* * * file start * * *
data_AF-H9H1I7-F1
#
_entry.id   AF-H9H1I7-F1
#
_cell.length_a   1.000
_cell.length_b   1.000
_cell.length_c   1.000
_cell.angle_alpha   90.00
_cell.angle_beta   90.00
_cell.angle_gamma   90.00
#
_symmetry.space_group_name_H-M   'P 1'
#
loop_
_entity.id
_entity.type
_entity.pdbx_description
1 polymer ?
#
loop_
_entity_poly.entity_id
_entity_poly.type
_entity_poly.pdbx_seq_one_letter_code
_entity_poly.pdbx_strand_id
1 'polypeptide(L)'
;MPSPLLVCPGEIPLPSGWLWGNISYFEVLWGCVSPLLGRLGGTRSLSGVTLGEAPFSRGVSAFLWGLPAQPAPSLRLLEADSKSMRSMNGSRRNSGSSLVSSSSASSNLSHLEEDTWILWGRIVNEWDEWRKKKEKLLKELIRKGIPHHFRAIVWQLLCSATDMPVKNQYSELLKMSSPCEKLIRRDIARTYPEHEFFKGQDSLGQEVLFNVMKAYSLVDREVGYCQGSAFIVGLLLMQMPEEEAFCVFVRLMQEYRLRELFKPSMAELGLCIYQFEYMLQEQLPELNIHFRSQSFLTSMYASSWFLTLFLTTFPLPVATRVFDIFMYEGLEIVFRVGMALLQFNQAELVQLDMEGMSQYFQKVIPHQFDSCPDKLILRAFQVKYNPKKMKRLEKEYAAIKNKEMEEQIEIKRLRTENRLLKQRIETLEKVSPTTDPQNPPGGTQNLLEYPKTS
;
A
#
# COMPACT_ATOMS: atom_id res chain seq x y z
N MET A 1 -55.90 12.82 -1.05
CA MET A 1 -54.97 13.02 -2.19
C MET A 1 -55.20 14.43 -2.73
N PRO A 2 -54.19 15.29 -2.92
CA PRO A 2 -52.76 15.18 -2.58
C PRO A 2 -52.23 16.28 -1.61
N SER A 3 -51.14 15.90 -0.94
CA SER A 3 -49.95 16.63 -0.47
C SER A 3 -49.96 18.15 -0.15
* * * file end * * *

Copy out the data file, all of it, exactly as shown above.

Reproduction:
data_AF-H9H1I7-F1
#
_entry.id   AF-H9H1I7-F1
#
_cell.length_a   1.000
_cell.length_b   1.000
_cell.length_c   1.000
_cell.angle_alpha   90.00
_cell.angle_beta   90.00
_cell.angle_gamma   90.00
#
_symmetry.space_group_name_H-M   'P 1'
#
loop_
_entity.id
_entity.type
_entity.pdbx_description
1 polymer ?
#
loop_
_entity_poly.entity_id
_entity_poly.type
_entity_poly.pdbx_seq_one_letter_code
_entity_poly.pdbx_strand_id
1 'polypeptide(L)'
;MPSPLLVCPGEIPLPSGWLWGNISYFEVLWGCVSPLLGRLGGTRSLSGVTLGEAPFSRGVSAFLWGLPAQPAPSLRLLEADSKSMRSMNGSRRNSGSSLVSSSSASSNLSHLEEDTWILWGRIVNEWDEWRKKKEKLLKELIRKGIPHHFRAIVWQLLCSATDMPVKNQYSELLKMSSPCEKLIRRDIARTYPEHEFFKGQDSLGQEVLFNVMKAYSLVDREVGYCQGSAFIVGLLLMQMPEEEAFCVFVRLMQEYRLRELFKPSMAELGLCIYQFEYMLQEQLPELNIHFRSQSFLTSMYASSWFLTLFLTTFPLPVATRVFDIFMYEGLEIVFRVGMALLQFNQAELVQLDMEGMSQYFQKVIPHQFDSCPDKLILRAFQVKYNPKKMKRLEKEYAAIKNKEMEEQIEIKRLRTENRLLKQRIETLEKVSPTTDPQNPPGGTQNLLEYPKTS
;
A
#
# COMPACT_ATOMS: atom_id res chain seq x y z
N MET A 1 -55.90 12.82 -1.05
CA MET A 1 -54.97 13.02 -2.19
C MET A 1 -55.20 14.43 -2.73
N PRO A 2 -54.19 15.29 -2.92
CA PRO A 2 -52.76 15.18 -2.58
C PRO A 2 -52.23 16.28 -1.61
N SER A 3 -51.14 15.90 -0.94
CA SER A 3 -49.95 16.63 -0.47
C SER A 3 -49.96 18.15 -0.15